The lobbying group of America's for-profit colleges, APSCU, announced today that Michael Dakduk is its new Vice President of Military and Veterans Affairs. Dakduk had just left the job of executive director of the Student Veterans of America (SVA). You heard that right.
SVA's stated mission is "To provide military veterans with the resources, support, and advocacy needed to succeed in higher education and following graduation." Meanwhile, the public record shows that many for-profit colleges deceive and abuse veterans, luring them into high-priced, low-quality programs and leaving them deep in debt and without improved job prospects.
President Obama said in August, "Soldiers and sailors and Marines and Coast Guardsmen, they've been preyed upon very badly by some of these for-profit institutions." The Federal Trade Commission warned veterans last week that some for-profit colleges "lie about how well their graduates fare." The respected organization Iraq and Afghanistan Veterans of America said in August, "Using high-pressure sales tactics and false promises, these institutions lure veterans into enrolling into expensive programs, drain their Post-9/11 GI Bill education benefits, and sign up for tens of thousands of dollars in loans. The for-profits take in the money but leave the students with a substandard education, heavy student loan debt, non-transferable credits, worthless degrees or no degrees at all."
Yet as the head of the SVA, a group charged with protecting student veterans, "Dakduk often opted not to take a hard line against the for-profit industry," as Stars and Stripes put it today, mildly. There have been many opportunities in the past few years for veterans groups to weigh in on for-profit college issues, and other groups representing young veterans, such as IAVA, have taken a principled, strong stand against the abuses of this industry. Dakduk, while at SVA, mostly did not. While his board of directors issued a resolution seeking greater protections from predatory institutions, Dakduk's own statements were muted. Meanwhile, he served on APSCU's "Blue Ribbon Taskforce for Military and Veterans Education" and flew to Orlando this summer to speak at the APSCU convention.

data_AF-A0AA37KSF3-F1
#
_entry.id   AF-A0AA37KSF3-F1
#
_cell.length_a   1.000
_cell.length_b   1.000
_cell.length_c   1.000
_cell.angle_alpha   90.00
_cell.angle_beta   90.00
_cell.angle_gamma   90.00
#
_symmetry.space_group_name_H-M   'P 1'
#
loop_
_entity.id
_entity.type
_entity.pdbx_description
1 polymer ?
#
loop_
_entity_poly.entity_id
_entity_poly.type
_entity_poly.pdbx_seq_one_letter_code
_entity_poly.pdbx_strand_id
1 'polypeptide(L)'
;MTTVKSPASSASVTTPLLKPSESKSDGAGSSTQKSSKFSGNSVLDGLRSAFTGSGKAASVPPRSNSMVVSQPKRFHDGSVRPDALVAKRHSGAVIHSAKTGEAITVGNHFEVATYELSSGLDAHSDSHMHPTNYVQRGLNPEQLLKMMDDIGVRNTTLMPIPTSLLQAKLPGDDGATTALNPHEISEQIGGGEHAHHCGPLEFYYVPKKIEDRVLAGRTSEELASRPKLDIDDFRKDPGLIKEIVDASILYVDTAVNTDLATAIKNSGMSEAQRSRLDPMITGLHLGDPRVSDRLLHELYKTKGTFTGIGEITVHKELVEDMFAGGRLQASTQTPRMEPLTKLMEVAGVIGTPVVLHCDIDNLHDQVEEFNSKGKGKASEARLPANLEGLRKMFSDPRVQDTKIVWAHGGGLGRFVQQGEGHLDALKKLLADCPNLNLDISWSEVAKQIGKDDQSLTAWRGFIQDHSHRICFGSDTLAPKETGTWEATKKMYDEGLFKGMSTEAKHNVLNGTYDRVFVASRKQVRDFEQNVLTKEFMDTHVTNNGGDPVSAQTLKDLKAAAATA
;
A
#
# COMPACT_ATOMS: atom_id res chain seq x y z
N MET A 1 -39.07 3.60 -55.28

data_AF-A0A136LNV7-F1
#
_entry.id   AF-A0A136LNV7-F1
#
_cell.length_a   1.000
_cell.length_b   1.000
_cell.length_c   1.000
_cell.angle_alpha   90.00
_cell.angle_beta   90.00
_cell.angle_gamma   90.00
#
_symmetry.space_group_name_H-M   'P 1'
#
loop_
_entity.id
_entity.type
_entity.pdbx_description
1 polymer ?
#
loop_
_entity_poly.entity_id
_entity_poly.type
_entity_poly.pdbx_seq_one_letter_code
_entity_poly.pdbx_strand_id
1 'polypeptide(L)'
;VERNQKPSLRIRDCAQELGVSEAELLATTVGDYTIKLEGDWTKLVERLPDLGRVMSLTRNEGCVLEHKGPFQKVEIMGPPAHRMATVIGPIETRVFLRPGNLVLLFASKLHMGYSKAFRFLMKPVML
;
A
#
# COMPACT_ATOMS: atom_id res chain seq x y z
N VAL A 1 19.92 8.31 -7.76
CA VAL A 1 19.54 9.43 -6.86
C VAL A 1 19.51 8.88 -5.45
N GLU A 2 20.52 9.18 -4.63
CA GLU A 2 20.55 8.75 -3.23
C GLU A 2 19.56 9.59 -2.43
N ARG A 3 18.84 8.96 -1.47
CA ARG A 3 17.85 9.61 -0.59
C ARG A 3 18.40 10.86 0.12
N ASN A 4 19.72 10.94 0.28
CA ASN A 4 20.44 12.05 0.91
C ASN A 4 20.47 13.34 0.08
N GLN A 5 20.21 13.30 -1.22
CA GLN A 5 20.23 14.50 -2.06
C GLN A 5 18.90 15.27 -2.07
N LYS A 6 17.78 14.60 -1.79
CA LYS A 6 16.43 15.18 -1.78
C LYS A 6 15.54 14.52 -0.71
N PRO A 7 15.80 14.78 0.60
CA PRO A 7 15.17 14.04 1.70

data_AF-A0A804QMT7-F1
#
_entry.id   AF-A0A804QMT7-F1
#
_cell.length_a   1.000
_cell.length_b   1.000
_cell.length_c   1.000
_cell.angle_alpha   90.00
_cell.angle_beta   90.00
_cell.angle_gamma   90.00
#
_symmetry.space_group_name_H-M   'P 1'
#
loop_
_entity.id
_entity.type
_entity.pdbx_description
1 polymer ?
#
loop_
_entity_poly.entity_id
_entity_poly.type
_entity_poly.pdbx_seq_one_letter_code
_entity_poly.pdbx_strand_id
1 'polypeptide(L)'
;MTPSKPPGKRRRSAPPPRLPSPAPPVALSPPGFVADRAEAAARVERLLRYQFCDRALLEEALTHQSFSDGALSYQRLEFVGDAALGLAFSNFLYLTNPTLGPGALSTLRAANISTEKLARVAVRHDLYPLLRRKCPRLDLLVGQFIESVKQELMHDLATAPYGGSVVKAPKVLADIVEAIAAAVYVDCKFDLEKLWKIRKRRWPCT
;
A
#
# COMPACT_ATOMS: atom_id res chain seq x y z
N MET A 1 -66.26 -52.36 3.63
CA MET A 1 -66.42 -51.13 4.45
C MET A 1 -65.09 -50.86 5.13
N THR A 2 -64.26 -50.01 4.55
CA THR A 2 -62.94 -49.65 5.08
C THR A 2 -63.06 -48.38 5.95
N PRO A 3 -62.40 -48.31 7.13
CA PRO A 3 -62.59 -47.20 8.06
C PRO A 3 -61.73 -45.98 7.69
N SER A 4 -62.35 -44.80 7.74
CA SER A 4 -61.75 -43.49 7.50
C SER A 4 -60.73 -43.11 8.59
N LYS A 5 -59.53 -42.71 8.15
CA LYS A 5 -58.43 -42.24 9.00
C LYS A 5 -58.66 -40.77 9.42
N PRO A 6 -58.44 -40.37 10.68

The for-profit colleges have been raking in about $33 billion a year in taxpayer money -- for many of the bigger industry players, 85-90 percent of their revenue. Many spend little on actual education, but in addition to marketing and high salaries for top executives, they set aside some cash to buy the support of Members of Congress, connected former officials, non-profit advocacy groups, respected education leaders, and others.
We know that APSCU has no shame. They keep discredited colleges and college owners in their membership ranks and on their task forces. They pressure Congress and the Administration to block reasonable rules to hold bad actors accountable for waste, fraud, and abuse, and then hire expensive lawyers to sue if they don't get everything they want.
But what about Michael Dakduk?
An official with a major national veterans organization told me today, "I'm sad. It has been became apparent that somehow Michael was flirting these people, because his attitude shifted in the past year, and that's why he left. I'm sad because he served honorably and he had a lot of talent. It's always sad when someone goes over to the dark side." He continued, "I don't know what they're paying him. It's not enough to sell his soul."
Of the for-profit colleges, this official said, "They are nothing short of war profiteers of the worst order. They are taking the valor of young people who put their faith in the VA, and their future is burned up, and their eligibility for GI Bill money is used up, so they cannot go to a real college."
The potentially good news is that, with Dakduk gone, Student Veterans of America has the opportunity to restore its place as a strong, principled advocate for vets. Let's see what they do.
Brian Hawthorne of the SVA board of directors posted on Facebook:
Mike and APSCU will have no more access to SVA than any other organization that wants to help vets succeed at their chosen institution. While I am always professionally skeptical about any institution that must answer to shareholders and investors before students and customers, I know many student vets (including myself and our new President/CEO Wayne Robinson) have had completely normal experiences at for-profit schools. Michael Dakduk now has an opportunity to prove to the entire community that he is on the side of student veterans, not the for profit schools paying his salary, and I wish him the best of luck in that inherent, but not absolute, conflict of interest. I truly hope that APSCU, with its new employee, with vigorously pursue quality education over profit and share price, and everyone should know that the veteran community, especially SVA, will be looking for improved outcomes, significant investments into students, and leadership on many issues, and not more of the same.
And a few minutes ago, SVA's new executive director, D. Wayne Robinson, issued a statement, expressing confidence that Dakduk "will continue to serve the veteran community with the same passion and integrity he demonstrated during his tenure with SVA," but also stressing that "[t]o ensure the organization's own transparency and accountability, SVA does not accept donations, grants, or any sort of financial incentive from for-profit institutions."